Location: Central East Africa
Population: 11.2 million
Geography: A highly mountainous country comprising forest, savannah, and lakeland
Language: Kinyarwanda, English, French
Signature flavours: Corn, greens, peanuts, eggplant, chicken, beans, dairy
When Eric drew the Rwanda assignment, his first thought was that another pap was going to be on the menu. He was right — cornmeal-based ugali was definitely going to accompany whatever else he planned to make. It’s been a while since we pap-ed, so he put his best foot forward and pap-ed away, even though he knew the labour that would be ahead (pap in all its forms requires A LOT of stirring). The first recipe he found to accompany was the greens, which he was set on right away, and then he found a bean stew to wrap up the main course. He wasn’t wowed at first by the recipes on offer, and found the research came up a little short compared to other assignments we’ve had in the region, but he got into the assignment after selecting his dishes, putting together his ingredient list, and going out to buy everything he needed.
Ugali: We are ever-expanding our cornmeal-related vocabulary. Our newest addition to the pap-nshima-sadza cornmeal porridge family is “ugali.”
Prep and cooking time: 20 min
Isombe: Greens stewed with eggplant, onion, spices, and peanut butter.
Prep and cooking time: 40 min
Ibishyimbo: A zesty bean, seed, and tomato stew, spiced with cayenne powder.
Prep and cooking time: 45 min
Ibijumba: Thick sweet potato pudding with a yoghurty tang and cardamom undertones.
Prep and cooking time: 60 min
The Shopping List
Everything Eric needed he found easily at the supermarket. He did replace cassava leaf with Swiss chard and spinach in the isombe, since we know from experience that fresh cassava leaf is difficult if not impossible to find in Toronto (let us know if you know where to get it).
Apart from the constant stirring of the ugali, Eric found this assignment was not too labour-intensive. Pretty much everything was stewed vegetables of one kind or another. He was able to do most of the dishes simultaneously, and then did the ugali at the end.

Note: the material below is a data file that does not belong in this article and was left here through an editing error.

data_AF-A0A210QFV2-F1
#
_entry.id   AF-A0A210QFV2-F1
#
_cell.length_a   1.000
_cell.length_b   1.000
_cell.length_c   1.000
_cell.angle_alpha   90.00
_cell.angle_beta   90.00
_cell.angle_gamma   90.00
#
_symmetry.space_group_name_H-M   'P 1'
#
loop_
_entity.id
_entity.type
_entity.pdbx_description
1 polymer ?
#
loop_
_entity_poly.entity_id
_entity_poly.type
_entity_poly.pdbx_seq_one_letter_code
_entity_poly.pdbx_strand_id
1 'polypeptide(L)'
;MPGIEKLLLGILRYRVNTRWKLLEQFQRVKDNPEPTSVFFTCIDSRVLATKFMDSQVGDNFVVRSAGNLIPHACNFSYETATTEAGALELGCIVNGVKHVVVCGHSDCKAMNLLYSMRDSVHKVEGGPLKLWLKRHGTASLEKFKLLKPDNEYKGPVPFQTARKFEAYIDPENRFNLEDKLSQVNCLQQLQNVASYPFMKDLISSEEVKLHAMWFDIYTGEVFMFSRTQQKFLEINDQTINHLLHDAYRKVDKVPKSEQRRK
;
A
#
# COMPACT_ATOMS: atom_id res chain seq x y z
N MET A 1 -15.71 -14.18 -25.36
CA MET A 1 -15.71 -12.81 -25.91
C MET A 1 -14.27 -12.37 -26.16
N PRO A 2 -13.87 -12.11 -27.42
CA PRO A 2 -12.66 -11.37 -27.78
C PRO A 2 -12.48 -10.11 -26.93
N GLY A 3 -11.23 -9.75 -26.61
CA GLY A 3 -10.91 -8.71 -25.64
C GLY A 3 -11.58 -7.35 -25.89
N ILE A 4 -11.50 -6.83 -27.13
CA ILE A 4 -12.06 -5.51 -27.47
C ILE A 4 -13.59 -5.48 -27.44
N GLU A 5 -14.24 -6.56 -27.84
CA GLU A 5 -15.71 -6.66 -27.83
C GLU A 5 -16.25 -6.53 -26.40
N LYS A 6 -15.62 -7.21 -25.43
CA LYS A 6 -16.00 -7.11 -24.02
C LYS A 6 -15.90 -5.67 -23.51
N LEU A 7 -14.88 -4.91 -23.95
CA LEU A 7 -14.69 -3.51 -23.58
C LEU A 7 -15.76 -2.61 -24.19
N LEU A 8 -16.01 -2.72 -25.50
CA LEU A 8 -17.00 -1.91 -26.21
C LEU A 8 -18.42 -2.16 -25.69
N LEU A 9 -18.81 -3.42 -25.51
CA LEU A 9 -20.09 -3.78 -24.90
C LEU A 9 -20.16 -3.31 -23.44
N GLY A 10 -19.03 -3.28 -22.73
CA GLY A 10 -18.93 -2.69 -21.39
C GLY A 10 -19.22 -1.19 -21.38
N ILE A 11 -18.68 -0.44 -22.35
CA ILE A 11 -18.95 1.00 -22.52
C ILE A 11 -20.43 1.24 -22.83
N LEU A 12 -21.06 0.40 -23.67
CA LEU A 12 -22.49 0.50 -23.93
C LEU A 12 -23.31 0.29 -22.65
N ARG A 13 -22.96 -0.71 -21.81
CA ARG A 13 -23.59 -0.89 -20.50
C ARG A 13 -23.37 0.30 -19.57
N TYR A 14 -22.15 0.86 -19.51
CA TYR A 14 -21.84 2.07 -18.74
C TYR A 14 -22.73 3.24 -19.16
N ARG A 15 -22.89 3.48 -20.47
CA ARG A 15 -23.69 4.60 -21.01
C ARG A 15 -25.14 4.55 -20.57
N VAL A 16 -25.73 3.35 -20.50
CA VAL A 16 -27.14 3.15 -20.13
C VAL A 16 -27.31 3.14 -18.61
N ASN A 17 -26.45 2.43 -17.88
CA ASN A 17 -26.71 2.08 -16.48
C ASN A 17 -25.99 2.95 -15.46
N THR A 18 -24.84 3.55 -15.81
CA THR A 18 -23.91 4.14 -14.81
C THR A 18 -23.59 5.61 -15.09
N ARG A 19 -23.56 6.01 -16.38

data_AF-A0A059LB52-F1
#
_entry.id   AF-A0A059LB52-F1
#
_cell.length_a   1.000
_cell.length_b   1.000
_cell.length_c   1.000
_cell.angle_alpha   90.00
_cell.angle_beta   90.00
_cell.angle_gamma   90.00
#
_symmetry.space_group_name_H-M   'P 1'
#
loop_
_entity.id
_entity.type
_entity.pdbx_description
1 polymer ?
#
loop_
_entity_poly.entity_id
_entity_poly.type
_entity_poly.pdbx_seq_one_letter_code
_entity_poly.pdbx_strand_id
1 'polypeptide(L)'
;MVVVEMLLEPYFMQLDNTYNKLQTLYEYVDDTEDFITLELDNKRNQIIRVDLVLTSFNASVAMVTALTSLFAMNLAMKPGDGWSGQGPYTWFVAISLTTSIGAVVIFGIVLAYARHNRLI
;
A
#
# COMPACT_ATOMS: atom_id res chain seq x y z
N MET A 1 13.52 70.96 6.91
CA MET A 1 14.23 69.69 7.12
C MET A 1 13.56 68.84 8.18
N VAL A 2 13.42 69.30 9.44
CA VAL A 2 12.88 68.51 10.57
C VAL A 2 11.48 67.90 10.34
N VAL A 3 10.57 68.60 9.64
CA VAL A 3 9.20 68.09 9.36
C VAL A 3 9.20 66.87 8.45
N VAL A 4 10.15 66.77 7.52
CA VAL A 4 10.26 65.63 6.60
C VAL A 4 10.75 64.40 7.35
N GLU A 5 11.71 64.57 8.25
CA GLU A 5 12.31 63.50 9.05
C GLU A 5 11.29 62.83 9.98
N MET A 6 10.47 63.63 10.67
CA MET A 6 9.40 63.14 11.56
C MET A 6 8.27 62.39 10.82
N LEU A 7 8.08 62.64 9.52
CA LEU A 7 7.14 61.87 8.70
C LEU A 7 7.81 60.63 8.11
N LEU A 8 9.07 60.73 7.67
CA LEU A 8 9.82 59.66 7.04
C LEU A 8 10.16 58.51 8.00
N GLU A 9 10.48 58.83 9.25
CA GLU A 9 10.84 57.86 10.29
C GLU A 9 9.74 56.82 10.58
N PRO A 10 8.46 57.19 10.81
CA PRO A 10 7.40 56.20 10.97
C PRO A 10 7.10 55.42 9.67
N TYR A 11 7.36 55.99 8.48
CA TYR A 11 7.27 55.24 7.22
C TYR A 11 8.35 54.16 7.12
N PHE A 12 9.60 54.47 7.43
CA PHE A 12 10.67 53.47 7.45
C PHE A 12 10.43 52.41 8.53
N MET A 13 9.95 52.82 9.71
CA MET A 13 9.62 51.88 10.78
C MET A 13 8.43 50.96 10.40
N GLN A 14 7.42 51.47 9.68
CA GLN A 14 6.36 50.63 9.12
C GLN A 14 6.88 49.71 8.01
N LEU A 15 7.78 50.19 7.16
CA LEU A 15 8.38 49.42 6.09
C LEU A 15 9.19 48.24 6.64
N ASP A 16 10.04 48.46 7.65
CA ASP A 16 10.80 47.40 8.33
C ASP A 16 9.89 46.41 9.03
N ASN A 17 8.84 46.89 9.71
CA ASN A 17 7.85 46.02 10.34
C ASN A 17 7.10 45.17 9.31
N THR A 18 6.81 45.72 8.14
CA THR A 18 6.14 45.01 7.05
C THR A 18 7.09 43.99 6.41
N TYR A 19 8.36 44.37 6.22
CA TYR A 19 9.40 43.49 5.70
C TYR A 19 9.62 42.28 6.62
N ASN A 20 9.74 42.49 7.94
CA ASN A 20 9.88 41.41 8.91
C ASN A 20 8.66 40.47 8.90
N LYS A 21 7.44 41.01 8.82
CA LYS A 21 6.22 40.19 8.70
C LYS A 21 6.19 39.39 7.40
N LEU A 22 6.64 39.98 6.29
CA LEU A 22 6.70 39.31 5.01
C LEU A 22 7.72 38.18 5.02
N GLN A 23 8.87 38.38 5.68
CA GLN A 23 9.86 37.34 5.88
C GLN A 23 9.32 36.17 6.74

We’ve made so many ugali-like dishes now that we’re learning some of the tricks, like how an ugali that seems too runny will firm up and be tear-able after a few minutes of cooling. The flavour is mildly corny, perfect as an unobtrusive vehicle for stews.
The isombe was also not our first version of a stewed green with peanut, but it was the best example of it. (Eric used the most natural peanut butter he could find, and it made all the difference.) The flavours were well balanced, the eggplant and bell pepper stood out, and the dish had an overall creaminess that was very appealing.
Many bean stews have graced the WSW table, but this stood out with added miso, as well as seeds — sunflower and pumpkin — adding some depth of flavour. It was well spiced with paprika, oregano, and basil, and went well with Eric’s other savoury dishes.
Eric really liked the ibijumba pudding. We’ve never had that particular flavour combination — the heavy starchiness of sweet potato with cardamom sweetness and a yoghurty zing.
Disclaimer: I’m not a professional chef. I’m just a passionate cook with a curiosity for flavours I’ve never tried. For great recipes from gifted local cooks, follow the links above.